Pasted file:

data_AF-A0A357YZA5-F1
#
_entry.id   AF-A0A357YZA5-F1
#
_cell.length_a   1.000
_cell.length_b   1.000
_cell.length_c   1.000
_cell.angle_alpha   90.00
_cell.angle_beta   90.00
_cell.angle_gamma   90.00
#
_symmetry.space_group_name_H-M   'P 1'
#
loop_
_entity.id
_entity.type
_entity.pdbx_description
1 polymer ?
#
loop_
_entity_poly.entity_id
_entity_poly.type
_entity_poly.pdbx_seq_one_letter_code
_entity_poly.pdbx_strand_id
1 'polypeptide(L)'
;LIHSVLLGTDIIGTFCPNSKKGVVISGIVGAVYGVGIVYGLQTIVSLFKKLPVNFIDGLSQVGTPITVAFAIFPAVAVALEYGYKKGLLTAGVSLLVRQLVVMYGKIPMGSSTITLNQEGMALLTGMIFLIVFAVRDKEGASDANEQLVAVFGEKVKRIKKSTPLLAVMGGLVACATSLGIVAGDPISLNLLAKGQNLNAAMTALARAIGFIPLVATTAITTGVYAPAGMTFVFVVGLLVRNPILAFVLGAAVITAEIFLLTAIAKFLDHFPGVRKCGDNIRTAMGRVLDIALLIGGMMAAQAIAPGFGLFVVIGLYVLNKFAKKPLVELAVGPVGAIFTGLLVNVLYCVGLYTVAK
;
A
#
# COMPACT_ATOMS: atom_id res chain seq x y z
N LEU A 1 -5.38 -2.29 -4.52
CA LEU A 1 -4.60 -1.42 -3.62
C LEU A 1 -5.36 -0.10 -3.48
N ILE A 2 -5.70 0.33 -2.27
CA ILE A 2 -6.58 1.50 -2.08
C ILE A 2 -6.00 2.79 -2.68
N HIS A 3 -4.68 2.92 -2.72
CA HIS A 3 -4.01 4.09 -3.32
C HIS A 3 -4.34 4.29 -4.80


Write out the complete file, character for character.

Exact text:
data_AF-A0A357YZA5-F1
#
_entry.id   AF-A0A357YZA5-F1
#
_cell.length_a   1.000
_cell.length_b   1.000
_cell.length_c   1.000
_cell.angle_alpha   90.00
_cell.angle_beta   90.00
_cell.angle_gamma   90.00
#
_symmetry.space_group_name_H-M   'P 1'
#
loop_
_entity.id
_entity.type
_entity.pdbx_description
1 polymer ?
#
loop_
_entity_poly.entity_id
_entity_poly.type
_entity_poly.pdbx_seq_one_letter_code
_entity_poly.pdbx_strand_id
1 'polypeptide(L)'
;LIHSVLLGTDIIGTFCPNSKKGVVISGIVGAVYGVGIVYGLQTIVSLFKKLPVNFIDGLSQVGTPITVAFAIFPAVAVALEYGYKKGLLTAGVSLLVRQLVVMYGKIPMGSSTITLNQEGMALLTGMIFLIVFAVRDKEGASDANEQLVAVFGEKVKRIKKSTPLLAVMGGLVACATSLGIVAGDPISLNLLAKGQNLNAAMTALARAIGFIPLVATTAITTGVYAPAGMTFVFVVGLLVRNPILAFVLGAAVITAEIFLLTAIAKFLDHFPGVRKCGDNIRTAMGRVLDIALLIGGMMAAQAIAPGFGLFVVIGLYVLNKFAKKPLVELAVGPVGAIFTGLLVNVLYCVGLYTVAK
;
A
#
# COMPACT_ATOMS: atom_id res chain seq x y z
N LEU A 1 -5.38 -2.29 -4.52
CA LEU A 1 -4.60 -1.42 -3.62
C LEU A 1 -5.36 -0.10 -3.48
N ILE A 2 -5.70 0.33 -2.27
CA ILE A 2 -6.58 1.50 -2.08
C ILE A 2 -6.00 2.79 -2.68
N HIS A 3 -4.68 2.92 -2.72
CA HIS A 3 -4.01 4.09 -3.32
C HIS A 3 -4.34 4.29 -4.80